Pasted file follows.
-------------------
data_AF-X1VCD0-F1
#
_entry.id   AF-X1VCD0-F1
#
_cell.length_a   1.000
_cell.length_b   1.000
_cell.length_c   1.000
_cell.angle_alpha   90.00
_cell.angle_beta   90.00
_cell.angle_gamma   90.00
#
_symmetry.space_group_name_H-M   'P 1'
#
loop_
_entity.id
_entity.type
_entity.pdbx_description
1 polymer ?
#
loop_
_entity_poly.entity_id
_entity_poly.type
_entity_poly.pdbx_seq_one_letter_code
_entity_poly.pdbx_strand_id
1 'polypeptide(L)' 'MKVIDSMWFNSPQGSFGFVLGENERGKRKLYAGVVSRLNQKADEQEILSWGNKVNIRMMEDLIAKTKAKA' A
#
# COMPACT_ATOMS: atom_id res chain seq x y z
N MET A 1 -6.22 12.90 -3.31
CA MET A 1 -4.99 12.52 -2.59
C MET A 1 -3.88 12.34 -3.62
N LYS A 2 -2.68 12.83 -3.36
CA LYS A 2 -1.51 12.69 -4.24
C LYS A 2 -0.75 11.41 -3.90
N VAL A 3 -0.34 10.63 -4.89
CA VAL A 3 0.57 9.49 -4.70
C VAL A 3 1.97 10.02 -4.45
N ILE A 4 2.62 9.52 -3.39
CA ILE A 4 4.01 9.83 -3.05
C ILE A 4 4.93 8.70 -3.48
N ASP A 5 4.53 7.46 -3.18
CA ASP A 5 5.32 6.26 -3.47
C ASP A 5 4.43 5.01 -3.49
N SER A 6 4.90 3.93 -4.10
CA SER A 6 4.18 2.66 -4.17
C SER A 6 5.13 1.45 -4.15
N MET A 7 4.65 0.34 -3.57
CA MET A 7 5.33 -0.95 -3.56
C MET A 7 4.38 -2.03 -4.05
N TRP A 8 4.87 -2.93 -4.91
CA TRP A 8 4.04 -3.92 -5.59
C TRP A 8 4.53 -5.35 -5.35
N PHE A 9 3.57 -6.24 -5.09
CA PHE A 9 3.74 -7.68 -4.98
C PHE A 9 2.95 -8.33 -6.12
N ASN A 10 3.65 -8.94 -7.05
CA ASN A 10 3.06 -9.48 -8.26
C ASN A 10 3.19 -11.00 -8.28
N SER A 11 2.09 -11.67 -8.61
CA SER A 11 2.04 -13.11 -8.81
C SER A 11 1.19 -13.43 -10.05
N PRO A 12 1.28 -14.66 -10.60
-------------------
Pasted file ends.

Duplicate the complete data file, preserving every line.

data_AF-X1VCD0-F1
#
_entry.id   AF-X1VCD0-F1
#
_cell.length_a   1.000
_cell.length_b   1.000
_cell.length_c   1.000
_cell.angle_alpha   90.00
_cell.angle_beta   90.00
_cell.angle_gamma   90.00
#
_symmetry.space_group_name_H-M   'P 1'
#
loop_
_entity.id
_entity.type
_entity.pdbx_description
1 polymer ?
#
loop_
_entity_poly.entity_id
_entity_poly.type
_entity_poly.pdbx_seq_one_letter_code
_entity_poly.pdbx_strand_id
1 'polypeptide(L)' 'MKVIDSMWFNSPQGSFGFVLGENERGKRKLYAGVVSRLNQKADEQEILSWGNKVNIRMMEDLIAKTKAKA' A
#
# COMPACT_ATOMS: atom_id res chain seq x y z
N MET A 1 -6.22 12.90 -3.31
CA MET A 1 -4.99 12.52 -2.59
C MET A 1 -3.88 12.34 -3.62
N LYS A 2 -2.68 12.83 -3.36
CA LYS A 2 -1.51 12.69 -4.24
C LYS A 2 -0.75 11.41 -3.90
N VAL A 3 -0.34 10.63 -4.89
CA VAL A 3 0.57 9.49 -4.70
C VAL A 3 1.97 10.02 -4.45
N ILE A 4 2.62 9.52 -3.39
CA ILE A 4 4.01 9.83 -3.05
C ILE A 4 4.93 8.70 -3.48
N ASP A 5 4.53 7.46 -3.18
CA ASP A 5 5.32 6.26 -3.47
C ASP A 5 4.43 5.01 -3.49
N SER A 6 4.90 3.93 -4.10
CA SER A 6 4.18 2.66 -4.17
C SER A 6 5.13 1.45 -4.15
N MET A 7 4.65 0.34 -3.57
CA MET A 7 5.33 -0.95 -3.56
C MET A 7 4.38 -2.03 -4.05
N TRP A 8 4.87 -2.93 -4.91
CA TRP A 8 4.04 -3.92 -5.59
C TRP A 8 4.53 -5.35 -5.35
N PHE A 9 3.57 -6.24 -5.09
CA PHE A 9 3.74 -7.68 -4.98
C PHE A 9 2.95 -8.33 -6.12
N ASN A 10 3.65 -8.94 -7.05
CA ASN A 10 3.06 -9.48 -8.26
C ASN A 10 3.19 -11.00 -8.28
N SER A 11 2.09 -11.67 -8.61
CA SER A 11 2.04 -13.11 -8.81
C SER A 11 1.19 -13.43 -10.05
N PRO A 12 1.28 -14.66 -10.60